[ntp:questions] ntpd, boot time, and hot plugging
brad at stop.mail-abuse.org
Wed Feb 9 16:52:50 UTC 2005
At 2:05 PM -0200 2005-02-09, Alain wrote:
> Putting it in another way: If I configure a workstation with
> - ntpd -g
> - delete dift file only it it is +-500
> - no ntpdate
> then the clock will be right even if the clock battery is flat and then
> ntpd will go on keeping the clock in synch?
Note that the clock does have to be set within 34 years of the
real value on bootup. Otherwise, when ntpd sets the clock, there
will be an overflow condition and ntpd won't be able to detect that
it has set the clock to a wildly incorrect value. Many Unix systems
today, if they are booted after a BIOS battery failure, will come up
with a system clock that has been reset to some time in 1968, 1969,
or 1970. This is now more than 34 years ago, so you will need to
make sure that you take appropriate measures under these
Also note that if your system clock goes whacko after the initial
startup, ntpd may choose to commit suicide and exit, and there's
nothing you can do to stop that. Exiting when faced with totally
outrageous conditions is a perfectly normal state of affairs with
Unix-type daemons, and you need to be prepared to monitor the
existence of any critical programs on the system to make sure that
they're running correctly. This is true for ntpd, any other critical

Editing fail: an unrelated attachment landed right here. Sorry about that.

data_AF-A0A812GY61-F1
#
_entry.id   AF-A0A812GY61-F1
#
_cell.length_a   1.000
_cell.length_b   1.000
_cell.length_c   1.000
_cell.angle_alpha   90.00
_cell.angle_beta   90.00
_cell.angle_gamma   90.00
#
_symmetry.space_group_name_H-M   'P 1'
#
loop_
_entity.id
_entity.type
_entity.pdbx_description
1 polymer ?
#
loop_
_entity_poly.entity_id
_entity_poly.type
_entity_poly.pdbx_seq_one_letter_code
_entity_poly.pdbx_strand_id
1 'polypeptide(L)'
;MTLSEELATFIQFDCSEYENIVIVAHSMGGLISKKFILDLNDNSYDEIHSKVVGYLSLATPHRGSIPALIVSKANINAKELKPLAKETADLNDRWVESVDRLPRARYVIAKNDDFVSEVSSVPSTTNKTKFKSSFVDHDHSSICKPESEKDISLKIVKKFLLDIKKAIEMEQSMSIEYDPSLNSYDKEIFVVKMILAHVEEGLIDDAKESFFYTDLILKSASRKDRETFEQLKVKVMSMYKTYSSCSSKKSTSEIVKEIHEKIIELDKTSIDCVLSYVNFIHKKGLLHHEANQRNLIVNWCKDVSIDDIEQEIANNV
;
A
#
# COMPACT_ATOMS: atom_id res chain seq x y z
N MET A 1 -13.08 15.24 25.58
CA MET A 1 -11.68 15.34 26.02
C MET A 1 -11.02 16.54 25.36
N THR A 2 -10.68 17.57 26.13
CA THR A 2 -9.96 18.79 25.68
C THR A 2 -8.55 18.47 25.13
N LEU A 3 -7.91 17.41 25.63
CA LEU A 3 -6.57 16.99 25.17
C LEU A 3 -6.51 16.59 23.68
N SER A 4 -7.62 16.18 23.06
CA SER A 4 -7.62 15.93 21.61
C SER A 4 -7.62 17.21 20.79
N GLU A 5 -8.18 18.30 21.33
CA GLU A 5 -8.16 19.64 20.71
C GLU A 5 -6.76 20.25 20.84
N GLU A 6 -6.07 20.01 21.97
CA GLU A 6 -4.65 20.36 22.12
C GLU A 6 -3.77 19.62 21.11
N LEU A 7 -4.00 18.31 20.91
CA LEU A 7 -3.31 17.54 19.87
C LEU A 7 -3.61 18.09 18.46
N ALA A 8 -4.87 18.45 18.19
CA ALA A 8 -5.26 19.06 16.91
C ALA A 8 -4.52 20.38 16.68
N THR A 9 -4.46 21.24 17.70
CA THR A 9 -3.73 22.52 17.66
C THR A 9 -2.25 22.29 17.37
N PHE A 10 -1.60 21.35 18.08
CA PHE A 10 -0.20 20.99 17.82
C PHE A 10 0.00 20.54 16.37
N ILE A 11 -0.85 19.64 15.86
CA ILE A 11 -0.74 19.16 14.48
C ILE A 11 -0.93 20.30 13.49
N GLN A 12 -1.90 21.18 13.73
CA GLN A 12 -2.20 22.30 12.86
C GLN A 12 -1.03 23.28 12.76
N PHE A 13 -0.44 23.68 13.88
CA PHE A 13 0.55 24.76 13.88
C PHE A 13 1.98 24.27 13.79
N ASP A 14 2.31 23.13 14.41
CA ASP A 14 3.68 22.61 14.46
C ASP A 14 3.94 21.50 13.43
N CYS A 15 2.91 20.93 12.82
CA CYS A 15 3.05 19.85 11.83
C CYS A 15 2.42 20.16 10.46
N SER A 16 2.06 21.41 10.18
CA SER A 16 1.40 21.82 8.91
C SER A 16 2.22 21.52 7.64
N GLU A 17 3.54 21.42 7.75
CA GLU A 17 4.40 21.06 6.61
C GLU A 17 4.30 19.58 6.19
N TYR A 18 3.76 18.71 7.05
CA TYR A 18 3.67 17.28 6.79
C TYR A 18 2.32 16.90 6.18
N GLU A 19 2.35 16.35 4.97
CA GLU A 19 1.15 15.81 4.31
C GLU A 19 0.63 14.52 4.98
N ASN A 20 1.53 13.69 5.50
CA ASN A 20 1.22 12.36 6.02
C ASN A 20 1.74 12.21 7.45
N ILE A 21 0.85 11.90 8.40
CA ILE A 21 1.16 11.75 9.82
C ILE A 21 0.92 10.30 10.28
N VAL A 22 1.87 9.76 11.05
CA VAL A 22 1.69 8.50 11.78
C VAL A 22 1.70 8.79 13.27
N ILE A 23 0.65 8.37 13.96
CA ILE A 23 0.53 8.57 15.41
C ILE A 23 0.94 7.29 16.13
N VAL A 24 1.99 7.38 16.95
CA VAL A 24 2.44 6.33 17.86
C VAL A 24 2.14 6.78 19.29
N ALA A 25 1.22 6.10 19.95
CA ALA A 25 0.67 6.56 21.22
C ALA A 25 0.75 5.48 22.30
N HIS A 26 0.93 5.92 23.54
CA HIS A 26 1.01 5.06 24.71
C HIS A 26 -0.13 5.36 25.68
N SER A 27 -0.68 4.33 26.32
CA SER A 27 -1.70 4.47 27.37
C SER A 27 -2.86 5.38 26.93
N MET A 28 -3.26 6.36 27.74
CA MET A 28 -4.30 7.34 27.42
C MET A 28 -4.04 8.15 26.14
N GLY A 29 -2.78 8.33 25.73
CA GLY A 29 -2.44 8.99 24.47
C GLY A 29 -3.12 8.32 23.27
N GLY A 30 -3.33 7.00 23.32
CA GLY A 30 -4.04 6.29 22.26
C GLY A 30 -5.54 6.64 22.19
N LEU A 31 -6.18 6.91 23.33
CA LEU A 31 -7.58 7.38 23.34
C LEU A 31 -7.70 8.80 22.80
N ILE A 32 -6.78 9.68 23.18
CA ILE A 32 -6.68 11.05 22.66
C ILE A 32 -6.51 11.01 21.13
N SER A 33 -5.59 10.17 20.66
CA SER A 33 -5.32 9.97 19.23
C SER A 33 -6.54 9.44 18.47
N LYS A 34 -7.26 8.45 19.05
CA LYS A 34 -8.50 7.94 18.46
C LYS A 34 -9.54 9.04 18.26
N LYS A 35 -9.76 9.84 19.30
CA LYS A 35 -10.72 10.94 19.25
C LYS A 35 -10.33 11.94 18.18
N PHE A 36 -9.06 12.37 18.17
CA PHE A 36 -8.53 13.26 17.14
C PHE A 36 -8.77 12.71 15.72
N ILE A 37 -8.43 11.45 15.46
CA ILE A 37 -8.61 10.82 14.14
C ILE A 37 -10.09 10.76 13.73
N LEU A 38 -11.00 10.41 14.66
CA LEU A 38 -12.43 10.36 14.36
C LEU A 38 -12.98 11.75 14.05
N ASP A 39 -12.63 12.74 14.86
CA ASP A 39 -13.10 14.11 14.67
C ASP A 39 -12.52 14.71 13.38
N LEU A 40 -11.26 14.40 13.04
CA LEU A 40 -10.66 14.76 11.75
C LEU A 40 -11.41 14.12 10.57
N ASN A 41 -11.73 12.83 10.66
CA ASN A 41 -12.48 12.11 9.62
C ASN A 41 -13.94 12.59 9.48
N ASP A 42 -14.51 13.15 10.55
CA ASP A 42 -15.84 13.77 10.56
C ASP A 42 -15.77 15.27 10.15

program running on the system.
Depending on how you have constructed your /etc/ntp.conf file, it
may take a little while longer to complete the initialization
process. However, those two caveats aside, what you have said is
> Even if some messages with the wrong time manage to get to the log before
> the clock is corrected, this can be acceptable for a workstation. I will
> just have to figure out how to issue a warning message.
That's a normal state of affairs.
> What happen if I set the sanity limit to 0?
That's what "-g" does. But it does this only once, on startup.
After that, you're on your own.
Brad Knowles, <brad at stop.mail-abuse.org>
"Those who would give up essential Liberty, to purchase a little
temporary Safety, deserve neither Liberty nor Safety."
-- Benjamin Franklin (1706-1790), reply of the Pennsylvania
Assembly to the Governor, November 11, 1755
SAGE member since 1995. See <http://www.sage.org/> for more info.
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